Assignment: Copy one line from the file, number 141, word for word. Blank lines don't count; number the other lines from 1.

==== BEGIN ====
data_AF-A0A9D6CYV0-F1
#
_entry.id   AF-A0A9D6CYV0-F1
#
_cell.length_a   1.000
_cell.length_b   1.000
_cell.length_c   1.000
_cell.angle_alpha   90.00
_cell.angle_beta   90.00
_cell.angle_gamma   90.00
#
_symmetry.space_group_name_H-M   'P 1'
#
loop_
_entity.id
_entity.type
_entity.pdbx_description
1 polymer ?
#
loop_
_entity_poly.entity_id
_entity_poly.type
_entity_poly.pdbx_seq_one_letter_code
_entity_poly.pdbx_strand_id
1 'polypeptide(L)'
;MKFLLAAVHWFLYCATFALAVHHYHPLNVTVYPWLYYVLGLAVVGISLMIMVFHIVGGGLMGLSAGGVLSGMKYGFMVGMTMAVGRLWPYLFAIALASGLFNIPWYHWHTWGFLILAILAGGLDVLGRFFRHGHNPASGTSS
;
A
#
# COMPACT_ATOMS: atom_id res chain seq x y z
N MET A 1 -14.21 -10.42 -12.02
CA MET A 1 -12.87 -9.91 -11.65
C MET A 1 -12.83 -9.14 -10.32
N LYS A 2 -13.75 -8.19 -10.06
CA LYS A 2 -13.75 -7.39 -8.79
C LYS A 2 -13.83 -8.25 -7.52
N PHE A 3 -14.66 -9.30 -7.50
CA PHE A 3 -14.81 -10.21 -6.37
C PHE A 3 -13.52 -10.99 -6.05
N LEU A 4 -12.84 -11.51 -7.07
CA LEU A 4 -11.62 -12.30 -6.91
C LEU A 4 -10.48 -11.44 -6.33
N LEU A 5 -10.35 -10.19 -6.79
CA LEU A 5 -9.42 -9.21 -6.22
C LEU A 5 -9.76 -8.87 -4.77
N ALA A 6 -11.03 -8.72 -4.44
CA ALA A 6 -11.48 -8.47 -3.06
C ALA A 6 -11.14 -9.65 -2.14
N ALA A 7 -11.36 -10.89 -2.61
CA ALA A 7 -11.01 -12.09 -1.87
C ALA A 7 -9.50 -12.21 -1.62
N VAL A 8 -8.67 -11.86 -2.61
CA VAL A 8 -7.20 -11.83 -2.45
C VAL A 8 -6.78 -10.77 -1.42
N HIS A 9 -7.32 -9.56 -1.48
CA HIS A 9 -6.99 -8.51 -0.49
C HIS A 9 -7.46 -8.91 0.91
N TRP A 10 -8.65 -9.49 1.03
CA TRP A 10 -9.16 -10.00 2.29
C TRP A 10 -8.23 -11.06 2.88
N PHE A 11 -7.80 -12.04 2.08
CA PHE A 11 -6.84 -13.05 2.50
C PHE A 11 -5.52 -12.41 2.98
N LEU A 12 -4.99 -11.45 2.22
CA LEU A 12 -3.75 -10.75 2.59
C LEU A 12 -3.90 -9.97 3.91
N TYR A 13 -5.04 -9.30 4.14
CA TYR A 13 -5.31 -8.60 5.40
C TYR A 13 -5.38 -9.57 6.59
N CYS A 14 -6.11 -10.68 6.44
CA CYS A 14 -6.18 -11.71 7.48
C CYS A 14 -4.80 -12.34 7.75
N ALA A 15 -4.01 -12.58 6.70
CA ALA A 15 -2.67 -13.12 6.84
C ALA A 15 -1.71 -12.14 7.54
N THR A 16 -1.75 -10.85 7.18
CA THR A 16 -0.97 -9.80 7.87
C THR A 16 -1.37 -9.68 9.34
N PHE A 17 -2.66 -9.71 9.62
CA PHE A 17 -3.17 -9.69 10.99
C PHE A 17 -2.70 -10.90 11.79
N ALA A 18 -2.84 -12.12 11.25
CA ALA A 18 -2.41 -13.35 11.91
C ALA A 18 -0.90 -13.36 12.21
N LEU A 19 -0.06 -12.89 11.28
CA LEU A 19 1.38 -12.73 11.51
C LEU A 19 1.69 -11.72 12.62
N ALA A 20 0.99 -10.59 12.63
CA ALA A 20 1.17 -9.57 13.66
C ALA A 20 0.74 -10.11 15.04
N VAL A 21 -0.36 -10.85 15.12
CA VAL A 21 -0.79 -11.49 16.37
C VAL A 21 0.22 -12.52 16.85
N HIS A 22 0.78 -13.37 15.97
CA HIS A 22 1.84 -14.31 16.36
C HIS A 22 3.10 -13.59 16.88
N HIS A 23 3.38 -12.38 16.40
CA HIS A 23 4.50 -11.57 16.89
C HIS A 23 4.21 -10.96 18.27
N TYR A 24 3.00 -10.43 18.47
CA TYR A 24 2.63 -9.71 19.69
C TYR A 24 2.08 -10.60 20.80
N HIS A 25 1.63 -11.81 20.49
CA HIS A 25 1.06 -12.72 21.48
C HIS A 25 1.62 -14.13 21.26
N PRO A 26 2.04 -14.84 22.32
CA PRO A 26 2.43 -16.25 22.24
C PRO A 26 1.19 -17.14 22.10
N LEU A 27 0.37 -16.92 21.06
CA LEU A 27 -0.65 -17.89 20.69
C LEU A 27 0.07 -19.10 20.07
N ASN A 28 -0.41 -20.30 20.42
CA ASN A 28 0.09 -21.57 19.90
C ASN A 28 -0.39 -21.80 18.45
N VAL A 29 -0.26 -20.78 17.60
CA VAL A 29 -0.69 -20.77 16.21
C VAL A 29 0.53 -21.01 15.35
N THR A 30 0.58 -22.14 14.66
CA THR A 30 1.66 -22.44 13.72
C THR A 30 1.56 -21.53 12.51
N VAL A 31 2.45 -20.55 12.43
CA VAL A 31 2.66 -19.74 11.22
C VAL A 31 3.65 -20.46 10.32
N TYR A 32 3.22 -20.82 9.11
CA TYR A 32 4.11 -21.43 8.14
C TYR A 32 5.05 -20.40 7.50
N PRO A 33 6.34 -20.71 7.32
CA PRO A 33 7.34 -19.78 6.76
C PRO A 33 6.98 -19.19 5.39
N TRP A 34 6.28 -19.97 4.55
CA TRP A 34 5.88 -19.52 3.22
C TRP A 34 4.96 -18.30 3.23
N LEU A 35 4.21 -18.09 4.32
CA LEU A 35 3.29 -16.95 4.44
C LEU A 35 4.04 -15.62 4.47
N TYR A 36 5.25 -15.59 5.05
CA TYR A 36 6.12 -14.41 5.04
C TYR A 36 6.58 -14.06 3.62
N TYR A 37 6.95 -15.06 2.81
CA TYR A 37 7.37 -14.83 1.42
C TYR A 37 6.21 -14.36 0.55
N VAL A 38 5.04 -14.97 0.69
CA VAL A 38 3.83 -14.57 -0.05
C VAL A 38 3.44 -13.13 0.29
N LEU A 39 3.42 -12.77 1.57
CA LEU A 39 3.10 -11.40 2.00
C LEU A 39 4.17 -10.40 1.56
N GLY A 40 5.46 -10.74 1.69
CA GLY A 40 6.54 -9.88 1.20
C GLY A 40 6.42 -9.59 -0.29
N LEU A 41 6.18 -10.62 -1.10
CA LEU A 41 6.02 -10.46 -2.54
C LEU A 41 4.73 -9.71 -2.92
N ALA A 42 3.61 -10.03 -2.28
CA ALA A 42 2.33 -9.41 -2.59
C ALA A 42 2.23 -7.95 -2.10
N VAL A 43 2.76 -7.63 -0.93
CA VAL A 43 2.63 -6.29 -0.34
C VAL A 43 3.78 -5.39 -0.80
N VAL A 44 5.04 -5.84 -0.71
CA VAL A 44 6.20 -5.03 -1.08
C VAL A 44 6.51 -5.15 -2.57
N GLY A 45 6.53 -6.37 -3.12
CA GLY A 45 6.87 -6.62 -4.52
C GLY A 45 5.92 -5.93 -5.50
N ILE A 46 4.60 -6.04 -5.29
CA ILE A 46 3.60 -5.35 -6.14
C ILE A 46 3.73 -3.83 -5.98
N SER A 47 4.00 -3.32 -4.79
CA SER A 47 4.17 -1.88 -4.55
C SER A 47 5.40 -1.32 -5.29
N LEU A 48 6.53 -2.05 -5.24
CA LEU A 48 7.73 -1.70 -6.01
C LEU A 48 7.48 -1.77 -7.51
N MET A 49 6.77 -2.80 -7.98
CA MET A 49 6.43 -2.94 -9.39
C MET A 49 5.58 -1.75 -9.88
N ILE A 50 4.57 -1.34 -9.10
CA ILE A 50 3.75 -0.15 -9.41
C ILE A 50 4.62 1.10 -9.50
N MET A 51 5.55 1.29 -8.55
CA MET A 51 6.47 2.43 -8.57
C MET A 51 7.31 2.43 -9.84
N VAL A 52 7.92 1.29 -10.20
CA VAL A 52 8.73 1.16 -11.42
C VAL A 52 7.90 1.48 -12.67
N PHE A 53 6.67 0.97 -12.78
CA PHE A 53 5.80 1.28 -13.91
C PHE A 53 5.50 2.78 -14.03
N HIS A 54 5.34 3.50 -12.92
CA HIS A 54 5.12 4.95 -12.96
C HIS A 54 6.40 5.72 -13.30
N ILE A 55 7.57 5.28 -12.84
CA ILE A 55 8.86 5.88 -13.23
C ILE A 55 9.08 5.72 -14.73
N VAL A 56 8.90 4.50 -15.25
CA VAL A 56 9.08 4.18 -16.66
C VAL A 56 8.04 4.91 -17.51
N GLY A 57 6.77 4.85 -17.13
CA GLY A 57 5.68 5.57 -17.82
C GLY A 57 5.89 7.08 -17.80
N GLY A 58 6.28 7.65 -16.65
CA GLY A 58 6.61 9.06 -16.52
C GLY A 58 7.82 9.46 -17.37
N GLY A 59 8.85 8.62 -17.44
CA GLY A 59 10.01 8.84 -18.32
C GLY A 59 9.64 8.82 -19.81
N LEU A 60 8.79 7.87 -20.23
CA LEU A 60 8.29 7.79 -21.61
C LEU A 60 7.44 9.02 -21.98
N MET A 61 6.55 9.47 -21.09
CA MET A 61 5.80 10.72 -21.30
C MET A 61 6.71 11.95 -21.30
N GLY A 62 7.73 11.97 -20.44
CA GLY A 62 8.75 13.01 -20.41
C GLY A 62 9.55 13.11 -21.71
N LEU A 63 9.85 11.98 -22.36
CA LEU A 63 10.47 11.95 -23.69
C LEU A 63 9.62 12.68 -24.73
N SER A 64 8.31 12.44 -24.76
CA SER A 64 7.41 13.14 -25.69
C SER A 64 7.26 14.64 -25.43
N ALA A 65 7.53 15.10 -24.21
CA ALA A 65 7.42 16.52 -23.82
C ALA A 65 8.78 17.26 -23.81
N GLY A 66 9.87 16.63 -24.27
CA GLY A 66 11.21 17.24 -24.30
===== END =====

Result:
C TYR A 37 6.21 -14.36 0.55